Professional Development Books: Child Development

Welcome to Part 3 of my Professional Development Books series. Part 1 showcases books about language and literacy, while Part 2 features my go-to program planning resources.

This post is all about child development, child psychology, and brain development. In truth, I have not read all of these in full – this list is partly for my own reading inspiration. My goal is to read one a month. Anyone with me?

The Danish Way of Parenting: What the Happiest People in the World Know About Raising Confident, Capable Kids (2014) by Jessica Joelle Alexander and Iben Dissing Sandahl
I am a little biased about this one because firstly, if my last name didn’t give it away, my family is Danish, and secondly, this is how I raise the little one in my life. The authors spend a chapter each on the 6 elements of PARENT: Play, Authenticity, Reframing, Empathy, No Ultimatums, and Togetherness. Written in accessible language, this is a great book to read for yourself or to recommend to other caregivers.

The Design of Childhood: How the Material World Shapes Independent Kids by Alexandra Lange
A design critic steps into the world of children by investigating how toys, homes, schools, playgrounds, and cities affect children’s health, values, and behaviours. Though not directly related to library service, this is a fascinating look at the other things in the world that heavily influence child development.

Einstein Never Used Flash Cards: How Our Children Really Learn – and Why They Need to Play More and Memorize Less (2003) by Kathy Hirsh-Pasek and Roberta Michnick Golinkoff
These two authors are also on my Literacy and Language list. In this book they push against the accelerated learning trend and make the case for play (which we know is so important!). I haven’t read it yet, but they’ve got a 2017 book out called Becoming Brilliant that I also want to check out.

The Gardener and the Carpenter: What the New Science of Child Development Tells Us About the Relationship Between Parents and Children (2016) by Alison Gopnik
I recommend all of Gopnik’s books. This is her most recent one which centers on the myth of “good parenting.” She argues that prescriptive parenting has made life worse for adults and kids, and offers advice on how to create a safe and stable environment for children which fosters exploration and experimentation. I also put it on my Language and Literacy list.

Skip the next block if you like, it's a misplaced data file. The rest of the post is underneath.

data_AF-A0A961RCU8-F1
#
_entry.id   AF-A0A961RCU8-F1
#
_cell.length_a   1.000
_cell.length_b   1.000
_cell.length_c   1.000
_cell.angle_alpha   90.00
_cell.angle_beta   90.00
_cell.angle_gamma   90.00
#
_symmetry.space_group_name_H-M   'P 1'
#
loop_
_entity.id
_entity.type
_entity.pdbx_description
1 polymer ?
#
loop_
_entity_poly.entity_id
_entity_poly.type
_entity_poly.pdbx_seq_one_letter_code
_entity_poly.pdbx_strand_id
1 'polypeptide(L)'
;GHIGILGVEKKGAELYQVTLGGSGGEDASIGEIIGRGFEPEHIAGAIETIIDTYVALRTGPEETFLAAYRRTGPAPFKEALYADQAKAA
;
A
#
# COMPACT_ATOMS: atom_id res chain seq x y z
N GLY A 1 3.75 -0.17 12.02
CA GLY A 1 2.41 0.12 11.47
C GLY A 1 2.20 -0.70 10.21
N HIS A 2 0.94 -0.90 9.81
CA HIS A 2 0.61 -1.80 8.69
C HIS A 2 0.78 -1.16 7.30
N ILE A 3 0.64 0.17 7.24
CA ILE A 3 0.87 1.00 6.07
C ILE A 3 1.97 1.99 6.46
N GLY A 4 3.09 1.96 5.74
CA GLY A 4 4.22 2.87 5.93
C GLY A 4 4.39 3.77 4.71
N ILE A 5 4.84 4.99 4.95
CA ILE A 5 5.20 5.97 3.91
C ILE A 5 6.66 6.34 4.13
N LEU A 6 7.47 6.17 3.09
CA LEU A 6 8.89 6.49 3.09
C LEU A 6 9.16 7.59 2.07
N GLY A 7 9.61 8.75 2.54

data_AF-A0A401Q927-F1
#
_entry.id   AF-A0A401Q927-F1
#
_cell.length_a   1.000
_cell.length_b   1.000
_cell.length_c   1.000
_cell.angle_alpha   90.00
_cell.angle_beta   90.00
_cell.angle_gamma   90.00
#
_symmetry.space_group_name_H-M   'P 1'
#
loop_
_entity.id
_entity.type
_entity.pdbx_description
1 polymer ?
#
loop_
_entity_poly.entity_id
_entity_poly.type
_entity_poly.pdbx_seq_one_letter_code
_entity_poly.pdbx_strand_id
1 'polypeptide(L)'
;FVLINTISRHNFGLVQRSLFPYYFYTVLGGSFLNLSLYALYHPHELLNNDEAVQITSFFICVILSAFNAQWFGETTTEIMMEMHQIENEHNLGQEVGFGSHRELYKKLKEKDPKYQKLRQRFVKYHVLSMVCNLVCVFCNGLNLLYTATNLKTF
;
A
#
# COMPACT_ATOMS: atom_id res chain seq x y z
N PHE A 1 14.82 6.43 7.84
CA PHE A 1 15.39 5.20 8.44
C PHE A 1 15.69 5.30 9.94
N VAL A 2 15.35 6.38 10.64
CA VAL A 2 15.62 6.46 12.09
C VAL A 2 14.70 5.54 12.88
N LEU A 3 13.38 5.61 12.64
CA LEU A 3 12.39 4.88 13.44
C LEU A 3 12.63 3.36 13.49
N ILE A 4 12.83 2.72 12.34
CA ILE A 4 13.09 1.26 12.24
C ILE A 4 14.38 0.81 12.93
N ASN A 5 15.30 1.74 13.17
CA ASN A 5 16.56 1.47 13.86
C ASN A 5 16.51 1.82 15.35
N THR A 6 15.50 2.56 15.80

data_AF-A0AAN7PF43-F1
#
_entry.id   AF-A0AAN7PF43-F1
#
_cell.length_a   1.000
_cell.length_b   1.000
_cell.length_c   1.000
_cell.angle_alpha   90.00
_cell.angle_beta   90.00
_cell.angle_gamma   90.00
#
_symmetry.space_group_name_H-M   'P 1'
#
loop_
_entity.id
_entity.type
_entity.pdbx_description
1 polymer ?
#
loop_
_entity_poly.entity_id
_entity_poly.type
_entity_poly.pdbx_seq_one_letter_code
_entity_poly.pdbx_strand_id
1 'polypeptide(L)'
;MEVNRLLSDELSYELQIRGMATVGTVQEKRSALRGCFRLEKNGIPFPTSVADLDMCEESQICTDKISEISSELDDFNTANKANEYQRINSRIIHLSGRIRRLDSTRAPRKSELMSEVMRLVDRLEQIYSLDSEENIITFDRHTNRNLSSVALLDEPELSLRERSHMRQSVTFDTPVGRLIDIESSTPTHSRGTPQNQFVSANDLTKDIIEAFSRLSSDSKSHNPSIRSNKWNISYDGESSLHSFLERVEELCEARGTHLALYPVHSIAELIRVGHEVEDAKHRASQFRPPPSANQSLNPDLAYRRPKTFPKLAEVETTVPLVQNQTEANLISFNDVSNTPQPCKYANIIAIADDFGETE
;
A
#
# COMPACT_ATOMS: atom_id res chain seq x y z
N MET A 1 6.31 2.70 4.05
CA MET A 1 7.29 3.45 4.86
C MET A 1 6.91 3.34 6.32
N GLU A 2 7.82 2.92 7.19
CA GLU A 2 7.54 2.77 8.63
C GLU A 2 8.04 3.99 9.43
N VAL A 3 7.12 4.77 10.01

The Mind in the Making: The Seven Essential Life Skills Every Child Needs (2010) by Ellen Galinsky
Committed to providing a research-based parenting advice book, Galinsky lays out 7 critical areas where science can inform our interactions with small children. Filled with lots of suggestions that caregivers can use (or not). Highly recommend for anyone wanting to learn more about executive function.

NurtureShock: New Thinking About Children (2009) by Po Bronson and Ashley Merryman
I’ve written about my love of this book before, and it’s no wonder it’s a bestseller. Each chapter covers a different topic – praising children, sleep, race, lying, self-control, teen rebellion, and more. A quick, fun read that will get you thinking in new ways.

Nurturing Personal, Social and Emotional Development in Early Childhood: A Practical Guide to Understanding Brain Development and Young Children’s Behaviour (2018) by Debbie Garvey
Case studies and examples fill this guide which aims to inform early childhood educators about brain development and encourages them to reflect on their own practice. Some topics such as reward systems and food eating aren’t as applicable to a library setting as a home or childcare, but there’s lots of recent research to explore here.

The Orchid and the Dandelion: Why Some Children Struggle and How All Can Thrive (2019) by W. Thomas Boyce
I first learned about this book through an interview with the author on NPR. Using the metaphor of the two flowers, Boyce examines what makes some children able to cope with stress, while others are more sensitive and reactive. An interesting look at how we can support kids who need it most.

The Philosophical Baby: What Children’s Minds Tell Us About Truth, Love, and the Meaning of Life (2010) by Alison Gopnik
As I said, I recommend everything written by Gopnik. This one is especially relevant for those of us serving babies. Learn about memory, attachment, language acquisition, and how babies view the world.

Pink Brain, Blue Brain: How Small Differences Grow Into Troublesome Gaps – And What We Can Do About It (2009) by Lise Eliot
A neuroscientist takes on assumptions and stereotypes about gender that start from birth. I like how she explains how small differences become amplified over time with parental reinforcement, but also how she looks at the role of genes and hormones to see what differences actually exist. Differences among us are presented as emerging, malleable characteristics rather than fixed biological traits.

The Power of Play: How Spontaneous, Imaginative Activities Lead to Happier, Healthier Children (2007) by David Elkind
Another push towards play as a method of learning versus the regimented educational curriculum popular in the 1990s. Elkind explores how play can help with reading, science, and math. An easy read with lots of great examples.